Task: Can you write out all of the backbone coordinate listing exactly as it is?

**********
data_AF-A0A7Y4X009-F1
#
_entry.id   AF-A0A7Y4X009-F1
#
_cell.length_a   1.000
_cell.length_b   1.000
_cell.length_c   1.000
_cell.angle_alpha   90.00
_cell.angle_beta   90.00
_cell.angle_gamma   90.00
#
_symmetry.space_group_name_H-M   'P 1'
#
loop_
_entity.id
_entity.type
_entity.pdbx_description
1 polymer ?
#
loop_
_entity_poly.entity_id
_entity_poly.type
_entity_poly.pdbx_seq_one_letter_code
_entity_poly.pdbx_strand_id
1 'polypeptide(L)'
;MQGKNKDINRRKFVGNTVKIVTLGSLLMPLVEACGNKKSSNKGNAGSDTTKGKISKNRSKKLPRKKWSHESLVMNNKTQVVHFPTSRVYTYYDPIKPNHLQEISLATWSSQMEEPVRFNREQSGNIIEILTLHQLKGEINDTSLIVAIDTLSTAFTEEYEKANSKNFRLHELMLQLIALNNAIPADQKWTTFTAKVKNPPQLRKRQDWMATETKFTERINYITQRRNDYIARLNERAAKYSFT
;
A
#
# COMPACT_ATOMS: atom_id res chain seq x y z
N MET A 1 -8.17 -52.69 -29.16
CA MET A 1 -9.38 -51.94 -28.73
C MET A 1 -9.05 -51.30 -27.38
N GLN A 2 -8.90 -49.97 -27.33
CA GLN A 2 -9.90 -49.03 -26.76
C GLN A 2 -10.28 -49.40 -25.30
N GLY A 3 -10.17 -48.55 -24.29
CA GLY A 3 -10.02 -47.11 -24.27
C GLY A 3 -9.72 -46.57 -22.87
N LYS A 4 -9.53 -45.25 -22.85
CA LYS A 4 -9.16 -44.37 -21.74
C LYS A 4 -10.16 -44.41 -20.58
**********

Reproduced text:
data_AF-A0A7Y4X009-F1
#
_entry.id   AF-A0A7Y4X009-F1
#
_cell.length_a   1.000
_cell.length_b   1.000
_cell.length_c   1.000
_cell.angle_alpha   90.00
_cell.angle_beta   90.00
_cell.angle_gamma   90.00
#
_symmetry.space_group_name_H-M   'P 1'
#
loop_
_entity.id
_entity.type
_entity.pdbx_description
1 polymer ?
#
loop_
_entity_poly.entity_id
_entity_poly.type
_entity_poly.pdbx_seq_one_letter_code
_entity_poly.pdbx_strand_id
1 'polypeptide(L)'
;MQGKNKDINRRKFVGNTVKIVTLGSLLMPLVEACGNKKSSNKGNAGSDTTKGKISKNRSKKLPRKKWSHESLVMNNKTQVVHFPTSRVYTYYDPIKPNHLQEISLATWSSQMEEPVRFNREQSGNIIEILTLHQLKGEINDTSLIVAIDTLSTAFTEEYEKANSKNFRLHELMLQLIALNNAIPADQKWTTFTAKVKNPPQLRKRQDWMATETKFTERINYITQRRNDYIARLNERAAKYSFT
;
A
#
# COMPACT_ATOMS: atom_id res chain seq x y z
N MET A 1 -8.17 -52.69 -29.16
CA MET A 1 -9.38 -51.94 -28.73
C MET A 1 -9.05 -51.30 -27.38
N GLN A 2 -8.90 -49.97 -27.33
CA GLN A 2 -9.90 -49.03 -26.76
C GLN A 2 -10.28 -49.40 -25.30
N GLY A 3 -10.17 -48.55 -24.29
CA GLY A 3 -10.02 -47.11 -24.27
C GLY A 3 -9.72 -46.57 -22.87
N LYS A 4 -9.53 -45.25 -22.85
CA LYS A 4 -9.16 -44.37 -21.74
C LYS A 4 -10.16 -44.41 -20.58